In honor of American Education Week, here's a column from one teacher, Jan Abelove in Pennsylvania, who would prefer to spend more time working on creative and valuable lesson plans but finds herself becoming a political activist as well.
This is American Education Week. Historically, it is a time to recognize and celebrate the successes of local public schools. But it is also a time to reflect on the state of public schools, locally and nationally.
As a veteran educator, I have watched the cycle of public education revolve for more than 30 years. New education reforms come and go, and there is continued discussion about adequately funding our classrooms.
However, the one constant in public education is the influence of politics. This year's theme for American Education Week is "Great Public Schools: A Basic Right and Our Responsibility." The theme is aimed at raising awareness in our communities about the critical need to provide every child with a quality public education.
The only way we can truly achieve this goal is through the political process. On Election Day, public-education supporters went to the polls and made their voices heard by electing many pro-education candidates.
During the campaign, Pennsylvania State Education Association members supported pro-education candidates by putting signs in their yards and talking to friends and neighbors about the issues and the candidates.Education employees got involved because we know that every decision in education is a political decision.
Consider the passage of the new property tax reform law, Act 1. The landscape for public education is changing because of Act 1. School districts will now have tighter time lines and less flexibility for school budgets.
The most worrisome part of Act 1 is the potential for referendums for tax increases above a certain index. This means public-education supporters will have to expend time and energy waging public campaigns to persuade voters to raise their taxes for school programs. In other states with the referendum provision, a failure at the polls has resulted in the elimination of nonmandated programs such as art and music.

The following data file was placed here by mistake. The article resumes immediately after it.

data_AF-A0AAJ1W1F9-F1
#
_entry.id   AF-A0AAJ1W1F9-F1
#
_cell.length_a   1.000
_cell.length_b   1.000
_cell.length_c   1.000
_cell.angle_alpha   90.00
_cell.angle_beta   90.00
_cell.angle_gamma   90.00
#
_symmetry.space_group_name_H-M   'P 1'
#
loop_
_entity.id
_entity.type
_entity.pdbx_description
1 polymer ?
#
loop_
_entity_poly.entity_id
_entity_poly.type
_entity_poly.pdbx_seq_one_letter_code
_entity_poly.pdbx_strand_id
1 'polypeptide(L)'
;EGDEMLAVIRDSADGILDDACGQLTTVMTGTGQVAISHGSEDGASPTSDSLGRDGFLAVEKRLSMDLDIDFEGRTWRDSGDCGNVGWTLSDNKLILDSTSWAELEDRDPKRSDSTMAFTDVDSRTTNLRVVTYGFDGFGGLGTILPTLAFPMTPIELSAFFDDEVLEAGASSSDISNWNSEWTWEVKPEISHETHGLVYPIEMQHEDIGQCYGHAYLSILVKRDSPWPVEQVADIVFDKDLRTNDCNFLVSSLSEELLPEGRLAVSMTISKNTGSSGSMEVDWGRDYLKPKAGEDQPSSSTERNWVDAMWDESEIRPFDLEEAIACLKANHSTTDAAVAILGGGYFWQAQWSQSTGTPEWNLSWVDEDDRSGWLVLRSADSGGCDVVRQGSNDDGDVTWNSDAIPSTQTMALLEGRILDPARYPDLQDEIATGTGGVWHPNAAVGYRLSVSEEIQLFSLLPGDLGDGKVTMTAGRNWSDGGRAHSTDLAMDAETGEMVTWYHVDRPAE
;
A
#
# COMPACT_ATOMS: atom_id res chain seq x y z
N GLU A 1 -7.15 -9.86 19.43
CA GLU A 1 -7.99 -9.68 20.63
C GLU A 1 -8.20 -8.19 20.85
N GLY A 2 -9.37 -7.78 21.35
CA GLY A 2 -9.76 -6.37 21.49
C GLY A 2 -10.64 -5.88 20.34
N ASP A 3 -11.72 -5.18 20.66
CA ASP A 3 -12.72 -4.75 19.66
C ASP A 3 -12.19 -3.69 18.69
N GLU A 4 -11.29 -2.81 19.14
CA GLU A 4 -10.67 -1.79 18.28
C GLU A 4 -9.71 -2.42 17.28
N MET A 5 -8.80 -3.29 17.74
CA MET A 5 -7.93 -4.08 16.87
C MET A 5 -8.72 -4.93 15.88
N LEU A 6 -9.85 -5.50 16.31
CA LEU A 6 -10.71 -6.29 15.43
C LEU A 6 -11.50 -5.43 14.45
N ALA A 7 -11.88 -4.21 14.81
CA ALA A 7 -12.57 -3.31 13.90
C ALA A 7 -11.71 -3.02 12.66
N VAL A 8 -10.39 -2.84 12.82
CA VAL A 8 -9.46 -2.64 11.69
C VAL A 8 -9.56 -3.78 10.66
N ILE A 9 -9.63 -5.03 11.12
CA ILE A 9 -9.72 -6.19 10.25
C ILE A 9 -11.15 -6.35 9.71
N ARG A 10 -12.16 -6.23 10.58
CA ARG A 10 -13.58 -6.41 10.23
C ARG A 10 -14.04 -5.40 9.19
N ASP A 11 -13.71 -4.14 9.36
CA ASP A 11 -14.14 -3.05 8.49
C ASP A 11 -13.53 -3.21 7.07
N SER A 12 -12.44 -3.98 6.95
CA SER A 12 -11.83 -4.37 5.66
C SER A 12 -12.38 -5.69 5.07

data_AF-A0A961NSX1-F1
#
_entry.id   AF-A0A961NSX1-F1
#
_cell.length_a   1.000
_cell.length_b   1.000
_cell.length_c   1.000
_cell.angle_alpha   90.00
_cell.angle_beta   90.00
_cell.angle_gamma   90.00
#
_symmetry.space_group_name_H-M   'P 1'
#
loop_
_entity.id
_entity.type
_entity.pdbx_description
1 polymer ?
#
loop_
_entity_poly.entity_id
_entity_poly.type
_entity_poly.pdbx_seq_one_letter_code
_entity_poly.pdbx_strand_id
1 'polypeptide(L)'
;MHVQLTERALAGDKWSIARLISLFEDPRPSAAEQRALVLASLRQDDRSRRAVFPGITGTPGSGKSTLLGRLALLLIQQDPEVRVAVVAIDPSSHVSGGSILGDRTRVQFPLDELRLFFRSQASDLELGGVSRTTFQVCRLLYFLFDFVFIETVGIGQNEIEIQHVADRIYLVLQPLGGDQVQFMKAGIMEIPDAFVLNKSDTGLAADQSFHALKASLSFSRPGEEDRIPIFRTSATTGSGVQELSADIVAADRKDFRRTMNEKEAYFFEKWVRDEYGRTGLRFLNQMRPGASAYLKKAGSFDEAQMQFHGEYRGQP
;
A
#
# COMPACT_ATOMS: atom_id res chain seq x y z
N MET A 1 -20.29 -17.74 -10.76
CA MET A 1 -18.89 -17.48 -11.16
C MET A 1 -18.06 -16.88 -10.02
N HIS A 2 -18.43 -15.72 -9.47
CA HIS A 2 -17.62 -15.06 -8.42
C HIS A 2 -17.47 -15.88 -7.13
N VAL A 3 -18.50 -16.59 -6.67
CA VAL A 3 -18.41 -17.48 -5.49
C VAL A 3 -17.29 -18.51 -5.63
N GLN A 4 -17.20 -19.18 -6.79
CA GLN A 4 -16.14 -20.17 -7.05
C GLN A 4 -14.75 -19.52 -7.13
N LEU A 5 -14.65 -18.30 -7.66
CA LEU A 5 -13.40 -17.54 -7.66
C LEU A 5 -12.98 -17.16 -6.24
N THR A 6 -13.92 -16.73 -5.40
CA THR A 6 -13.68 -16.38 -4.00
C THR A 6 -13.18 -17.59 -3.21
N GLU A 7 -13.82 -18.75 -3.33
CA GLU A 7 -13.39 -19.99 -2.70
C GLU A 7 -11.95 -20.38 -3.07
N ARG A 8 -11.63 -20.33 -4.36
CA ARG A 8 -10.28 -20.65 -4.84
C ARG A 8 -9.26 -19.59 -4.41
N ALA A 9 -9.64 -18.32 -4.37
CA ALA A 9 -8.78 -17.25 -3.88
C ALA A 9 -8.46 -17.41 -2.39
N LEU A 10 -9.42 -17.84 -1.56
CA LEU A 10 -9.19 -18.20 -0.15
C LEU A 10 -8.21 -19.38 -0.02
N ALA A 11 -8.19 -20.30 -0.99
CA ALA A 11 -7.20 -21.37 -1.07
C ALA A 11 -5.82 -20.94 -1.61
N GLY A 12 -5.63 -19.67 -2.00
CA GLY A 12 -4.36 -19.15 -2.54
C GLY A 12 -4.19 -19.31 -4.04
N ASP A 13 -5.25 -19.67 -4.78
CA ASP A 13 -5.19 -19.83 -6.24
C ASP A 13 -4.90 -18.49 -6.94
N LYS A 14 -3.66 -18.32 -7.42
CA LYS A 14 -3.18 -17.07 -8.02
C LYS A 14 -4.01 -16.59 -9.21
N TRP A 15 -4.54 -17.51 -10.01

For educators and students, this can be devastating.
Along with Act 1, public educators are dealing with the demands from the No Child Left Behind law and the increasing focus on test scores.
There is no question that public education is inherently political. In all the debate and rhetoric, however, it seems that we have lost sight of what really matters: doing what is best for the children.
American Education Week is an appropriate time to reflect on the political nature of our public schools.
Educators do not choose their profession with any desire to be involved in politics. It is, however, a reality, and none of us can escape it.
For many public-education supporters, being politically active is uncomfortable and time-consuming, but it is necessary.
If we truly care about children, everyone who cares about the state of public education needs to get politically
This means recruiting pro-education candidates for school boards, campaigning for pro-education state and federal candidates, writing letters to legislators and speaking out about necessary reforms.
I think great public schools represent a basic right for every child, and it is my responsibility as a teacher, community member and taxpayer to use my political power to achieve this goal.